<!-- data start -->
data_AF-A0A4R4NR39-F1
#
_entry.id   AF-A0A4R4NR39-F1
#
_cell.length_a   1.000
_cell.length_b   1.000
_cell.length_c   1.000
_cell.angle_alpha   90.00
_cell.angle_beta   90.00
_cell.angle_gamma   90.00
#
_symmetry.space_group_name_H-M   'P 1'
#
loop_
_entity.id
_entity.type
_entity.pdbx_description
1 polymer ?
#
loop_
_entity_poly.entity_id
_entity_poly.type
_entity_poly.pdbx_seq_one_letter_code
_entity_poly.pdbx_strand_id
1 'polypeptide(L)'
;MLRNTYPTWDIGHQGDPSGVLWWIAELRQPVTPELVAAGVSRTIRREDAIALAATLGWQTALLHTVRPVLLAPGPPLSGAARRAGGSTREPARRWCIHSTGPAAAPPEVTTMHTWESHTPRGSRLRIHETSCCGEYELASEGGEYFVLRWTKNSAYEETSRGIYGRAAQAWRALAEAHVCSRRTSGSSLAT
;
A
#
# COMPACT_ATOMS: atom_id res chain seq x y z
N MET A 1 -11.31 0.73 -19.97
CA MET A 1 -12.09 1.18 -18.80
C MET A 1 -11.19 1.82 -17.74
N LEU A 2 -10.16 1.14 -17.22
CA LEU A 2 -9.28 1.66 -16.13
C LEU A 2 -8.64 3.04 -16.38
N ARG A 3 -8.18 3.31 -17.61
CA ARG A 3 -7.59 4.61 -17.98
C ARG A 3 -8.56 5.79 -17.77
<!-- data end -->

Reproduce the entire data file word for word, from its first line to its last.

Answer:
data_AF-A0A4R4NR39-F1
#
_entry.id   AF-A0A4R4NR39-F1
#
_cell.length_a   1.000
_cell.length_b   1.000
_cell.length_c   1.000
_cell.angle_alpha   90.00
_cell.angle_beta   90.00
_cell.angle_gamma   90.00
#
_symmetry.space_group_name_H-M   'P 1'
#
loop_
_entity.id
_entity.type
_entity.pdbx_description
1 polymer ?
#
loop_
_entity_poly.entity_id
_entity_poly.type
_entity_poly.pdbx_seq_one_letter_code
_entity_poly.pdbx_strand_id
1 'polypeptide(L)'
;MLRNTYPTWDIGHQGDPSGVLWWIAELRQPVTPELVAAGVSRTIRREDAIALAATLGWQTALLHTVRPVLLAPGPPLSGAARRAGGSTREPARRWCIHSTGPAAAPPEVTTMHTWESHTPRGSRLRIHETSCCGEYELASEGGEYFVLRWTKNSAYEETSRGIYGRAAQAWRALAEAHVCSRRTSGSSLAT
;
A
#
# COMPACT_ATOMS: atom_id res chain seq x y z
N MET A 1 -11.31 0.73 -19.97
CA MET A 1 -12.09 1.18 -18.80
C MET A 1 -11.19 1.82 -17.74
N LEU A 2 -10.16 1.14 -17.22
CA LEU A 2 -9.28 1.66 -16.13
C LEU A 2 -8.64 3.04 -16.38
N ARG A 3 -8.18 3.31 -17.61
CA ARG A 3 -7.59 4.61 -17.98
C ARG A 3 -8.56 5.79 -17.77